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DIA exterior at night
DIA exterior at night

January Programs at Detroit Institute of Arts - Variety of live music, storytelling, artist demonstrations on tap

Monday, November 02, 2009

November 2, 2009 (Detroit)—Live classical, jazz and world music performances highlight January activities. Storytelling, sing-alongs and other family friendly programs are also on tap. The exhibitions Action/Reaction: Video Installations and Photography-The First 100 Years end Jan. 3. Richard Avedon Fashion Photographs 1944-2000 is on view through Jan. 17.

Programs are free with museum admission unless otherwise noted. For more information call (313) 833-7900 or visit

For Detroit Film Theatre movie listings call (313) 833-4686, or visit

Guided Tours: Wednesdays–Thursdays, 1 p.m.; Fridays, 1, 6 & 7:30 p.m.; Saturdays–Sundays, 1 & 3 p.m.

Chess Practice: Detroit City Chess Club: Fridays, 5–9 p.m.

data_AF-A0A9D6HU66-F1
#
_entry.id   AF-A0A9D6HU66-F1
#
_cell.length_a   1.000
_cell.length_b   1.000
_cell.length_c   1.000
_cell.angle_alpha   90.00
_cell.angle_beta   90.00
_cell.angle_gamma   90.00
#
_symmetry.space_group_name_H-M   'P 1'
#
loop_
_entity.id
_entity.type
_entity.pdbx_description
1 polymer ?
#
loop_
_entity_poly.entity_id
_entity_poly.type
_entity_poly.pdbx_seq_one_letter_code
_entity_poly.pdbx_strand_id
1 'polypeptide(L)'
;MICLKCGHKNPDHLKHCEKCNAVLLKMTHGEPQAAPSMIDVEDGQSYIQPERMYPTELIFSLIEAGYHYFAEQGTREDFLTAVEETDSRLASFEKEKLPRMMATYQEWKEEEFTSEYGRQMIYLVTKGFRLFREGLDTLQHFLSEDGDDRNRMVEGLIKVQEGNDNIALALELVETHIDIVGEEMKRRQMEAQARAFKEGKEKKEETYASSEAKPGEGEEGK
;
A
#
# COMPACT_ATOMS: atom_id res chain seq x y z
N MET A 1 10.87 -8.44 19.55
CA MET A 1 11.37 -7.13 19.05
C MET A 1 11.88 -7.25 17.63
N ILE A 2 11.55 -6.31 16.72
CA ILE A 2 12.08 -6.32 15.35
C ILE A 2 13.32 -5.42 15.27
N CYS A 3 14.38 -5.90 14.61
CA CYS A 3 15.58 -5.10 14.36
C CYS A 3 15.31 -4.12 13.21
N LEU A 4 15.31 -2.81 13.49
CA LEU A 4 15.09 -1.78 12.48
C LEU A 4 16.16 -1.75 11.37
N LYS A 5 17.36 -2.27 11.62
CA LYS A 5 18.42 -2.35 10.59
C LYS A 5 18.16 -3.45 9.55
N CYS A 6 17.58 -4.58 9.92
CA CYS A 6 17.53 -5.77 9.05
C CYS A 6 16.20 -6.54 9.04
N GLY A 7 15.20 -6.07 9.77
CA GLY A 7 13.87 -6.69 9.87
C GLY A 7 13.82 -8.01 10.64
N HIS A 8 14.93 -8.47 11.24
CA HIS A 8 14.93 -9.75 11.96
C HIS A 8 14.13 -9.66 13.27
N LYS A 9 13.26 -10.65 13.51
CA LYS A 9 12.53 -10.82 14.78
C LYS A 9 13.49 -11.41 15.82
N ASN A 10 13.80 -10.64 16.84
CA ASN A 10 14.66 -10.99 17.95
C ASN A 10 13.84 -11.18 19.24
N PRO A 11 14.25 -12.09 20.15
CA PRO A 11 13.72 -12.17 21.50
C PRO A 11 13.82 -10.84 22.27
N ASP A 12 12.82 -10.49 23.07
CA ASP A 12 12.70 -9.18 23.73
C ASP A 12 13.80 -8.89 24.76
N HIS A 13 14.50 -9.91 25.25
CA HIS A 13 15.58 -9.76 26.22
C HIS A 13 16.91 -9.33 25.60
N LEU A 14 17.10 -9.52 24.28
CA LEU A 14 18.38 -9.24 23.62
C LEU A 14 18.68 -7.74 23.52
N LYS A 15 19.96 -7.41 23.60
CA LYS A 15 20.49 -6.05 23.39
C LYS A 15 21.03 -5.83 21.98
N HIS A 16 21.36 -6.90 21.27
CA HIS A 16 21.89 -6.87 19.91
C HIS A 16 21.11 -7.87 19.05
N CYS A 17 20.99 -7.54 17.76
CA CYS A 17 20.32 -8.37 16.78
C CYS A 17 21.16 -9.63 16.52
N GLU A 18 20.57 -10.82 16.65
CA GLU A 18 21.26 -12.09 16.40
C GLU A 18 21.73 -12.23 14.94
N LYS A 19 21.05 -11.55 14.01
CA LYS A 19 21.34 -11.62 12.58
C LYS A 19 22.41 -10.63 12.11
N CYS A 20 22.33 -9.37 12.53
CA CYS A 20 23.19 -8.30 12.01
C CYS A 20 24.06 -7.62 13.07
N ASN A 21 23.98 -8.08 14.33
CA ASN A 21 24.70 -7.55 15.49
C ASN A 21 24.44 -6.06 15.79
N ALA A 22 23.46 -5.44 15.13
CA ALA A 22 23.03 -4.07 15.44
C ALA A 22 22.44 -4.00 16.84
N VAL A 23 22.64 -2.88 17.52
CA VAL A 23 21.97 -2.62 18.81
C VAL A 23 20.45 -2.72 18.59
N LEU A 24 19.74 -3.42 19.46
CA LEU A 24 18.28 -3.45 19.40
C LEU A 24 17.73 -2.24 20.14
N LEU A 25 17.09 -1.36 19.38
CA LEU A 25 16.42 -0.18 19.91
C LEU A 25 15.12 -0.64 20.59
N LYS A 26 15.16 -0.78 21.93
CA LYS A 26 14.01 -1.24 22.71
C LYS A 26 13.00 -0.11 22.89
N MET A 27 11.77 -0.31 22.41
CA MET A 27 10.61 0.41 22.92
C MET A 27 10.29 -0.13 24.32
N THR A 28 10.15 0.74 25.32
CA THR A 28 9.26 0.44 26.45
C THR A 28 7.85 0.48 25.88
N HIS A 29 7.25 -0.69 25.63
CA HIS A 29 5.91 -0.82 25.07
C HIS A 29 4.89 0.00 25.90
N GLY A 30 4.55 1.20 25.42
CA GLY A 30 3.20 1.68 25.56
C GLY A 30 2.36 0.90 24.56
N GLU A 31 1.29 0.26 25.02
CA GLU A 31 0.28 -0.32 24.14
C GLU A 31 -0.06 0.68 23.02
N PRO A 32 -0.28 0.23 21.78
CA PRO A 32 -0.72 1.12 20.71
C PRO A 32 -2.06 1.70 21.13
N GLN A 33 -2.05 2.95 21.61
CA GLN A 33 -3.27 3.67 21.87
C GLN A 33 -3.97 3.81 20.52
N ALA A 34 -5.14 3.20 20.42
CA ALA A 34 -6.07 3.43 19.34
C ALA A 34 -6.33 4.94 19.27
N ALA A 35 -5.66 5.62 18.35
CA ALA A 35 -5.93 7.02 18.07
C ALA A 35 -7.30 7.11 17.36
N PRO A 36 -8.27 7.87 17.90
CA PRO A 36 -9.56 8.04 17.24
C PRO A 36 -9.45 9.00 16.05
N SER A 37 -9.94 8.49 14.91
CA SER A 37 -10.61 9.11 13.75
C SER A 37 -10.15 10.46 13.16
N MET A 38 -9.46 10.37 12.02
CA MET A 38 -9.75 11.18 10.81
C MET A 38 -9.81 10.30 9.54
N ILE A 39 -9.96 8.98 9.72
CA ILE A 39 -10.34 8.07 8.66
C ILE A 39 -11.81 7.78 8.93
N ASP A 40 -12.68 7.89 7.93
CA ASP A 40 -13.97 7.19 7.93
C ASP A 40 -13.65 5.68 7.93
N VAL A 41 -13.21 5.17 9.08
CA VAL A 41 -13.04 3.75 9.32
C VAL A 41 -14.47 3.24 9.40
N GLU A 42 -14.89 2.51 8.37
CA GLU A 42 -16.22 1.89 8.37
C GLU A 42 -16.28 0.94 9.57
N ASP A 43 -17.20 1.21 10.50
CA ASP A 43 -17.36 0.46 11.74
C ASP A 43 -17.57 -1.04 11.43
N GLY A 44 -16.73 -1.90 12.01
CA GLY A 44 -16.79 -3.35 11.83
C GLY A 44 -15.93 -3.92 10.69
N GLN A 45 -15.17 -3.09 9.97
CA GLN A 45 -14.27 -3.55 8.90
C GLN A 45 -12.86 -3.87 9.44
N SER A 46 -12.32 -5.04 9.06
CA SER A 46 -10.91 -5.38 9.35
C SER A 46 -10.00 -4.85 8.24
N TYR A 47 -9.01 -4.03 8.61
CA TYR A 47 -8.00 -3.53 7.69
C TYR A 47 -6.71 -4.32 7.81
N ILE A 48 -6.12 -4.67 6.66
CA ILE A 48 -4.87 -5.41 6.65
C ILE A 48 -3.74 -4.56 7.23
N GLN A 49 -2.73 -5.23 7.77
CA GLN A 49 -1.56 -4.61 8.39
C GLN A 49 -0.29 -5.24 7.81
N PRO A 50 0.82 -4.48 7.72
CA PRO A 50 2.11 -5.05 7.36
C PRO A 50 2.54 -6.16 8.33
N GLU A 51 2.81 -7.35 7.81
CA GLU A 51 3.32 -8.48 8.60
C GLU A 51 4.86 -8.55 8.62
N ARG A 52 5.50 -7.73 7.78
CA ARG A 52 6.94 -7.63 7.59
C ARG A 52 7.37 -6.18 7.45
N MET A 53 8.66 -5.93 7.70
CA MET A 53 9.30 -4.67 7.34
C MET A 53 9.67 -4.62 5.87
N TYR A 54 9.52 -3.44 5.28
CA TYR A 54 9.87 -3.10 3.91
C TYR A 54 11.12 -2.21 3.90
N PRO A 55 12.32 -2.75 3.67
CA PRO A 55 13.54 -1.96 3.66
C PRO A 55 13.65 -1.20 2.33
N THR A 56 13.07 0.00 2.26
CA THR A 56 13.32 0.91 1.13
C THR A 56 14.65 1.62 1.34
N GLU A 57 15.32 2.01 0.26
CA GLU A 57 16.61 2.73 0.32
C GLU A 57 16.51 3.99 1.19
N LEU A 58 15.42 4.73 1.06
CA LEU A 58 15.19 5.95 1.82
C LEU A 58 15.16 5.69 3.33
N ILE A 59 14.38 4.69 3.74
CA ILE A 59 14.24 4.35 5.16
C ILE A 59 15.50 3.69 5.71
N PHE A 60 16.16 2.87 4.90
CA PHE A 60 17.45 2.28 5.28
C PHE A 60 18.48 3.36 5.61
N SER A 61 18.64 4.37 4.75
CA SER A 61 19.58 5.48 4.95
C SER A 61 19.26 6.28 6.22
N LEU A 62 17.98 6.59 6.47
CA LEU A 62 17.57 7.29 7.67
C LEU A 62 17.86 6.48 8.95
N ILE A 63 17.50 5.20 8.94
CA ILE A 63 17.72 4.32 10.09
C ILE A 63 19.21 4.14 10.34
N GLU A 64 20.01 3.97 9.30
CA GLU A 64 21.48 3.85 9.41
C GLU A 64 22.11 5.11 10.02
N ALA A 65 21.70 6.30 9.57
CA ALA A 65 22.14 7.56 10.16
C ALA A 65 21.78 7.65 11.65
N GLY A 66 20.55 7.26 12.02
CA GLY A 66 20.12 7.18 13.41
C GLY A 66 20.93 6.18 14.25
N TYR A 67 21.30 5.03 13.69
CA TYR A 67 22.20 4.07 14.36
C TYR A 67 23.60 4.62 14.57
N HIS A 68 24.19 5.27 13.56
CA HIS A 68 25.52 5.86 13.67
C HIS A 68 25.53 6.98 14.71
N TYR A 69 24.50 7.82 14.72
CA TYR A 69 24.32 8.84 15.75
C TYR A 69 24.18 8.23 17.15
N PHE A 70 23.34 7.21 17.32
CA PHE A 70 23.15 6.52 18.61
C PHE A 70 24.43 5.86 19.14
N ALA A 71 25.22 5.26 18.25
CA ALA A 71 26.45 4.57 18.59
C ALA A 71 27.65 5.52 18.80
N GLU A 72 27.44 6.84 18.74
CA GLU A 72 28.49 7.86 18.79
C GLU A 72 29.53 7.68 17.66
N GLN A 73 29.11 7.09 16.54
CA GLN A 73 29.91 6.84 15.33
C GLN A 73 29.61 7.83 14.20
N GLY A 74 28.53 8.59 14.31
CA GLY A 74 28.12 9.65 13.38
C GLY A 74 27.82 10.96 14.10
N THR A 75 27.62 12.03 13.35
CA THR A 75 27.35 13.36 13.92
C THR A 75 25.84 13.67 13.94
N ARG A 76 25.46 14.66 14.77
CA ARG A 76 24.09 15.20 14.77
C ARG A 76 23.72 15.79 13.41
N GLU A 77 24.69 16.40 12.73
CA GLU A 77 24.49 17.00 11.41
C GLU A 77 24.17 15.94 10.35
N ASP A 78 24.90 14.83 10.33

The club’s mission is to teach area students the game and life lessons. Members have won state, regional, and national competitions. People wanting to learn how to play chess should show up between 5–7 p.m. There will be no teaching between 7 and 9 p.m., but visitors can play chess.

Drawing in the Galleries (for all ages): Fridays, 6–9 p.m. Sundays, Noon–4 p.m.

Drop-In Workshops:
Bookarts: The Altered Book:
Fridays, January 8, 15, 22 & 29; 6–9 p.m.
Paper Dolls: Saturdays, January 2, 9, 16, 23 & 30; 12–4pm
Winter Counts: Sundays, January 3, 10, 17, 24 & 31; Noon–4 p.m.
A winter count was used by certain Native American communities of the Northern Great Plains to record their histories and to keep track of the passage of years. Learn more about this tradition then use leather and markers to create one of your own.

Target Family Sunday, January 3
Artist Demonstration: Hand-weaving:
Noon– 4 p.m.
Michael Daitch and Jim McCutchen use only yarns of the highest quality to create hand-woven pieces that are both visually arresting and sensually pleasing. In combining lustrous fibers and rich colors with the fine art of weaving, their hand-woven articles possess all the intrinsic characteristics, charm and irregularities of handmade textiles that make each item unique. Daitch and McCutchen also specialize in teaching children Judaic weaving, including special needs children.

Friday Night Live, January 8
Music: MonicaBlaire:
7 & 8:30 p.m.